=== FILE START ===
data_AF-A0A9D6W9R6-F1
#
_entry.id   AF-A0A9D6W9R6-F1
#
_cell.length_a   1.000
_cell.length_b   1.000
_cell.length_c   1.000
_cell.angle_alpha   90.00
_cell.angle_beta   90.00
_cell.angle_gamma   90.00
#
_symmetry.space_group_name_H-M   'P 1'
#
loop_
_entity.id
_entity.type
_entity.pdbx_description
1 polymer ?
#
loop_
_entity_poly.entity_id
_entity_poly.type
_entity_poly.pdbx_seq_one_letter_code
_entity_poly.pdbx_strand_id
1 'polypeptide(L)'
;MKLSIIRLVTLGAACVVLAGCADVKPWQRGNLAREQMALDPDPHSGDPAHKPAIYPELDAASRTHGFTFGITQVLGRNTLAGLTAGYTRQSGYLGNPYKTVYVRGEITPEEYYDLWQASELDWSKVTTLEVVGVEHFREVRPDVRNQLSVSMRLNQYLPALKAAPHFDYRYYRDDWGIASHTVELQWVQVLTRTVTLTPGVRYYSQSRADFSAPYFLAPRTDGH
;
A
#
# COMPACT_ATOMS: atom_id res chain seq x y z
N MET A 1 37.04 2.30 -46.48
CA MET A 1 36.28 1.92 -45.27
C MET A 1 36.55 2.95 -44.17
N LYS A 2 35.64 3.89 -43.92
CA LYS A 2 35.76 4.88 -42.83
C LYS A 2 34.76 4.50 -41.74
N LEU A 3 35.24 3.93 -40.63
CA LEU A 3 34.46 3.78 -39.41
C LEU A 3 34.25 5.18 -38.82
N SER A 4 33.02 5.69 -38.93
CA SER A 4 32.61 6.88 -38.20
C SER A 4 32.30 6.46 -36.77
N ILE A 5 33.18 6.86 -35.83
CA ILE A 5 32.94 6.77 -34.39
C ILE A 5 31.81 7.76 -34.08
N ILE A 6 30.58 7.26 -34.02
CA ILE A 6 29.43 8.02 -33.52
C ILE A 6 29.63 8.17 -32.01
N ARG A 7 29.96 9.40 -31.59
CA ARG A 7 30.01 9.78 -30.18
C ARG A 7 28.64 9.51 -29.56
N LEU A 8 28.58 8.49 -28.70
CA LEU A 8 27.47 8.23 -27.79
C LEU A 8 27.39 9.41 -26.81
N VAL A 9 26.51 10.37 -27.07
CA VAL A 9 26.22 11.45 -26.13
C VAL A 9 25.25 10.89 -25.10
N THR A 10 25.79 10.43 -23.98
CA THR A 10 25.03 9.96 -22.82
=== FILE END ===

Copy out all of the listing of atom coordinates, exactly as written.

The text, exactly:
data_AF-A0A9D6W9R6-F1
#
_entry.id   AF-A0A9D6W9R6-F1
#
_cell.length_a   1.000
_cell.length_b   1.000
_cell.length_c   1.000
_cell.angle_alpha   90.00
_cell.angle_beta   90.00
_cell.angle_gamma   90.00
#
_symmetry.space_group_name_H-M   'P 1'
#
loop_
_entity.id
_entity.type
_entity.pdbx_description
1 polymer ?
#
loop_
_entity_poly.entity_id
_entity_poly.type
_entity_poly.pdbx_seq_one_letter_code
_entity_poly.pdbx_strand_id
1 'polypeptide(L)'
;MKLSIIRLVTLGAACVVLAGCADVKPWQRGNLAREQMALDPDPHSGDPAHKPAIYPELDAASRTHGFTFGITQVLGRNTLAGLTAGYTRQSGYLGNPYKTVYVRGEITPEEYYDLWQASELDWSKVTTLEVVGVEHFREVRPDVRNQLSVSMRLNQYLPALKAAPHFDYRYYRDDWGIASHTVELQWVQVLTRTVTLTPGVRYYSQSRADFSAPYFLAPRTDGH
;
A
#
# COMPACT_ATOMS: atom_id res chain seq x y z
N MET A 1 37.04 2.30 -46.48
CA MET A 1 36.28 1.92 -45.27
C MET A 1 36.55 2.95 -44.17
N LYS A 2 35.64 3.89 -43.92
CA LYS A 2 35.76 4.88 -42.83
C LYS A 2 34.76 4.50 -41.74
N LEU A 3 35.24 3.93 -40.63
CA LEU A 3 34.46 3.78 -39.41
C LEU A 3 34.25 5.18 -38.82
N SER A 4 33.02 5.69 -38.93
CA SER A 4 32.61 6.88 -38.20
C SER A 4 32.30 6.46 -36.77
N ILE A 5 33.18 6.86 -35.83
CA ILE A 5 32.94 6.77 -34.39
C ILE A 5 31.81 7.76 -34.08
N ILE A 6 30.58 7.26 -34.02
CA ILE A 6 29.43 8.02 -33.52
C ILE A 6 29.63 8.17 -32.01
N ARG A 7 29.96 9.40 -31.59
CA ARG A 7 30.01 9.78 -30.18
C ARG A 7 28.64 9.51 -29.56
N LEU A 8 28.58 8.49 -28.70
CA LEU A 8 27.47 8.23 -27.79
C LEU A 8 27.39 9.41 -26.81
N VAL A 9 26.51 10.37 -27.07
CA VAL A 9 26.22 11.45 -26.13
C VAL A 9 25.25 10.89 -25.10
N THR A 10 25.79 10.43 -23.98
CA THR A 10 25.03 9.96 -22.82